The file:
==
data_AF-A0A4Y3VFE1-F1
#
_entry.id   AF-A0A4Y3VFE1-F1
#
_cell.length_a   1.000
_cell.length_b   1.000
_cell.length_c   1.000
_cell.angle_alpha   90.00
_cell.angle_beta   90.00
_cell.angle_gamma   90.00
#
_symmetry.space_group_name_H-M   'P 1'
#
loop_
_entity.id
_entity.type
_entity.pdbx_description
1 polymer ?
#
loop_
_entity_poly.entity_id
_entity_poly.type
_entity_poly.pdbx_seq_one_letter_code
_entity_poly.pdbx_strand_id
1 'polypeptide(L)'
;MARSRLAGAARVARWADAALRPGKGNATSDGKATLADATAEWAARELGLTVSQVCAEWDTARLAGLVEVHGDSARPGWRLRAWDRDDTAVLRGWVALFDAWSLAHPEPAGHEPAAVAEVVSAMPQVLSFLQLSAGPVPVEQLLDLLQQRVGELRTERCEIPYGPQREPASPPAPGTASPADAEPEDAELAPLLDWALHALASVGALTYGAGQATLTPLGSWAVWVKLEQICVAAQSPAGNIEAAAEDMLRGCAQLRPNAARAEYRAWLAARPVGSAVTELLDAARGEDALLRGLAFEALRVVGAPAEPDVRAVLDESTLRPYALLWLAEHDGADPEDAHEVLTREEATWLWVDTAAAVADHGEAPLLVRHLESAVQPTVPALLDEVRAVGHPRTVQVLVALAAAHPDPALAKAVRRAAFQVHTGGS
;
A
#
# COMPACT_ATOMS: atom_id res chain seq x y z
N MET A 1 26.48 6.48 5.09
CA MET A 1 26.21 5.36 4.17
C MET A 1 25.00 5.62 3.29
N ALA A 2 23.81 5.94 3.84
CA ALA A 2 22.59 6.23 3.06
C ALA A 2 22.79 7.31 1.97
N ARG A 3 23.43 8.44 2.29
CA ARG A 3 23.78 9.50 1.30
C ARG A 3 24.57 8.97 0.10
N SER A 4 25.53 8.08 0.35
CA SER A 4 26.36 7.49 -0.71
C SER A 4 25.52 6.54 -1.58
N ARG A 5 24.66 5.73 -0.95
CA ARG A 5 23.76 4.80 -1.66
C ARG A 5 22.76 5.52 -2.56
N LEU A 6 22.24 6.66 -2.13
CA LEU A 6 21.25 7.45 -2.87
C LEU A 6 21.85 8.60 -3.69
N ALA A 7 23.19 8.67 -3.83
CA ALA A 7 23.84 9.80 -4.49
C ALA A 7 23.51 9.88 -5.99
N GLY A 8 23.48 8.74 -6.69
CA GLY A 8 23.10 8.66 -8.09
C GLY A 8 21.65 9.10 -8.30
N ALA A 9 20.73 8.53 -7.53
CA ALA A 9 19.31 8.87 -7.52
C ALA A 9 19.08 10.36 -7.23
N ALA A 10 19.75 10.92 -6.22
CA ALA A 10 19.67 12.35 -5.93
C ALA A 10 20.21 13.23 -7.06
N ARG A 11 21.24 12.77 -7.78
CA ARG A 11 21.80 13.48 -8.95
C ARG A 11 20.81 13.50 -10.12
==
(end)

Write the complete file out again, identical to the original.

data_AF-A0A4Y3VFE1-F1
#
_entry.id   AF-A0A4Y3VFE1-F1
#
_cell.length_a   1.000
_cell.length_b   1.000
_cell.length_c   1.000
_cell.angle_alpha   90.00
_cell.angle_beta   90.00
_cell.angle_gamma   90.00
#
_symmetry.space_group_name_H-M   'P 1'
#
loop_
_entity.id
_entity.type
_entity.pdbx_description
1 polymer ?
#
loop_
_entity_poly.entity_id
_entity_poly.type
_entity_poly.pdbx_seq_one_letter_code
_entity_poly.pdbx_strand_id
1 'polypeptide(L)'
;MARSRLAGAARVARWADAALRPGKGNATSDGKATLADATAEWAARELGLTVSQVCAEWDTARLAGLVEVHGDSARPGWRLRAWDRDDTAVLRGWVALFDAWSLAHPEPAGHEPAAVAEVVSAMPQVLSFLQLSAGPVPVEQLLDLLQQRVGELRTERCEIPYGPQREPASPPAPGTASPADAEPEDAELAPLLDWALHALASVGALTYGAGQATLTPLGSWAVWVKLEQICVAAQSPAGNIEAAAEDMLRGCAQLRPNAARAEYRAWLAARPVGSAVTELLDAARGEDALLRGLAFEALRVVGAPAEPDVRAVLDESTLRPYALLWLAEHDGADPEDAHEVLTREEATWLWVDTAAAVADHGEAPLLVRHLESAVQPTVPALLDEVRAVGHPRTVQVLVALAAAHPDPALAKAVRRAAFQVHTGGS
;
A
#
# COMPACT_ATOMS: atom_id res chain seq x y z
N MET A 1 26.48 6.48 5.09
CA MET A 1 26.21 5.36 4.17
C MET A 1 25.00 5.62 3.29
N ALA A 2 23.81 5.94 3.84
CA ALA A 2 22.59 6.23 3.06
C ALA A 2 22.79 7.31 1.97
N ARG A 3 23.43 8.44 2.29
CA ARG A 3 23.78 9.50 1.30
C ARG A 3 24.57 8.97 0.10
N SER A 4 25.53 8.08 0.35
CA SER A 4 26.36 7.49 -0.71
C SER A 4 25.52 6.54 -1.58
N ARG A 5 24.66 5.73 -0.95
CA ARG A 5 23.76 4.80 -1.66
C ARG A 5 22.76 5.52 -2.56
N LEU A 6 22.24 6.66 -2.13
CA LEU A 6 21.25 7.45 -2.87
C LEU A 6 21.85 8.60 -3.69
N ALA A 7 23.19 8.67 -3.83
CA ALA A 7 23.84 9.80 -4.49
C ALA A 7 23.51 9.88 -5.99
N GLY A 8 23.48 8.74 -6.69
CA GLY A 8 23.10 8.66 -8.09
C GLY A 8 21.65 9.10 -8.30
N ALA A 9 20.73 8.53 -7.53
CA ALA A 9 19.31 8.87 -7.52
C ALA A 9 19.08 10.36 -7.23
N ALA A 10 19.75 10.92 -6.22
CA ALA A 10 19.67 12.35 -5.93
C ALA A 10 20.21 13.23 -7.06
N ARG A 11 21.24 12.77 -7.78
CA ARG A 11 21.80 13.48 -8.95
C ARG A 11 20.81 13.50 -10.12